repetitive strain injury

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Related to Repetitive stress syndrome: Cumulative trauma disorder

repetitive strain injury

n. Abbr. RSI
Damage to tendons, nerves, and other soft tissues that is caused by the repeated performance of a limited number of physical movements and is characterized by numbness, pain, and a wasting and weakening of muscles.

repetitive strain injury

A work-related injury caused by overuse of a particular musculoskeletal group to perform a task that is repeated hundreds to thousands of times in day-to-day work; repetitive motion injury affects workers in the textile industry, meat-packers, keyboard operators and others.

repetitive strain injury

A disorder of motor function caused by any often-repeated activity that is persisted in beyond a particular threshold, especially if the activity involves an inherently awkward or uncomfortable position of the body. RSI particularly affects musicians, keyboard operators, cleaners, packers and machine operators. There is acute pain and cramp-like stiffness, and sometimes total inability to continue in the associated occupation. Initially, the condition explicitly, and by definition, excluded all disorders of known cause, but this led to many legal and other difficulties, and accounts now list numerous causes. RSI is, however, often stress-related and in many cases no muscular, tendon or neurological abnormality can be found, except that affected people often have raised thresholds for the appreciation of vibration. In some cases it appears analogous to WRITER'S CRAMP. Changes in the proportions of the different types of muscle fibres and an increase in the number of muscle cell MITOCHONDRIA have been described. The condition is usually managed by rest and rationed periods of work.

tenosynovitis

inflammation of tendon and synovial sheath
  • acute simple synovitis traumatic synovitis; due to over-/unaccustomed use causing tendon and synovial sheath inflammation; characterized by pain/crepitus on movement, local swelling and tendon warmth; treated by rest, appropriate padding and strapping, orthoses, shoe advice (especially for tenosynovitis of extensor hallucis longus)

  • acute suppurative synovitis infected synovitis due to puncture of the tendon sheath (e.g. a 'spike' injury of tendo Achilles) or breakdown of tissue deep to a persistent corn (e.g. overlying prominent extensor hallucis longus tendon; characterized by acute infection (see sepsis); treated as an infected lesion (see Table 1) with systemic antibiosis

  • chronic simple synovitis; repetitive strain injury; RSI chronic inflammation of tendon/sheath (due to repetitive overuse), together with subserved muscle weakness/wasting; treated as chronic inflammation; note: cause must be established and resolved to achieve permanent resolution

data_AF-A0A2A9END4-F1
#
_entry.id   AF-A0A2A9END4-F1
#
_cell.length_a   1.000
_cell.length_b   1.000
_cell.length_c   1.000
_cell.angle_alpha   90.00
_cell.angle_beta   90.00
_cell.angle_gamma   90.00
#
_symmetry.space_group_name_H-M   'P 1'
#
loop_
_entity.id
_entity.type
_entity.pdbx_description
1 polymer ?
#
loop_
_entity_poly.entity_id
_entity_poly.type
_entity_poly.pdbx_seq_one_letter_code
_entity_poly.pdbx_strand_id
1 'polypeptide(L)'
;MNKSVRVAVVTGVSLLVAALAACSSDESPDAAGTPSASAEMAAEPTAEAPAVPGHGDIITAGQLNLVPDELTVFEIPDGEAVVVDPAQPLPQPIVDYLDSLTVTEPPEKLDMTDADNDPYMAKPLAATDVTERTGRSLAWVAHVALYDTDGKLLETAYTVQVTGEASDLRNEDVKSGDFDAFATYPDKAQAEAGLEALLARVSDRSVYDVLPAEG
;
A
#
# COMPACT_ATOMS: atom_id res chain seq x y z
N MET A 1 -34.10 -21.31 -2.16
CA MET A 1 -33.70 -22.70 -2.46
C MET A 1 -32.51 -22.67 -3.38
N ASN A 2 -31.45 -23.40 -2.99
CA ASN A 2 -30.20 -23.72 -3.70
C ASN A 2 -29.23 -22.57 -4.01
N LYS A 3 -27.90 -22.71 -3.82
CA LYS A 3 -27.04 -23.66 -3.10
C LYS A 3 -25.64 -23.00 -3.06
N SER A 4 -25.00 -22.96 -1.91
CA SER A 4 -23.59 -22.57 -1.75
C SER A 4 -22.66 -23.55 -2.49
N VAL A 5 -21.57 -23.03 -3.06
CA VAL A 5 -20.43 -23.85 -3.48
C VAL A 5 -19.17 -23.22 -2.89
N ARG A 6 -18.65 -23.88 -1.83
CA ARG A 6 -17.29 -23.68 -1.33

Table 1: Treatment of local sepsis
MnemonicRationaleTreatment modality
OOperateRemove the cause of the infection where possible, e.g. remove focal hyperkeratosis/foreign body/nail spike
CCleanseIrrigate area/cleanse cavity with Warmasol delivered under pressure from a sterile syringe
HHeatAssist drainage of pus/exudate by applying heat, e.g. immersion in a warm hypertonic NaCl bath
AAntisepticApply a liquid or powder antiseptic (e.g. Betadine)
DDressCover the lesion with a sterile dressing (e.g. sterile gauze; Lyofoam)
RRestImpose rest, e.g. deflective padding; shoe modification; walking cast; crutches, as necessary
AReappointArrange to review case in 24-72 hours
RReviewAt the subsequent appointment, review progress
If resolution has been initiated, continue to treat as above (O-A) and review weekly until healing is complete
If the infection has not improved, arrange for antibiosis, and continue to review and dress until healing is complete
RReferRefer for specialist review via GP: remember, slow-to-resolve infection can characterize undiagnosed diabetes, or other 'at-risk' patient category

Use all normal preoperative procedures; keep infected lesions covered until ready to treat; take a swab for pathology laboratory analysis of any exudate; use a sterile dressings pack; follow the OCH-A-DRARR treatment mnemonic.

'At-risk' patients presenting with infection or patients presenting with acute or spreading infection should be treated using the OCH-A-DRARR protocol, but provided with or referred for immediate antibiosis.

repetitive strain injury,

n a family of conditions characterized by pain, stiffness, numbness, and inflammation in joints and muscles; caused by chronic overuse. Also called
cumulative trauma disorders, CTD, or
repetitive motion injuries.

repetitive strain injury (RSI),

n a loose group of injuries that occur to muscles, nerves, and tendons as a result of repetitive movements of particular body parts. It is caused or aggravated by frequently repeated movements, such as computer strokes or the use of vibrating equipment. Symptoms include pain, tingling, or swelling of the affected body part. Also known as
overuse syndrome or
cumulative trauma disorder.
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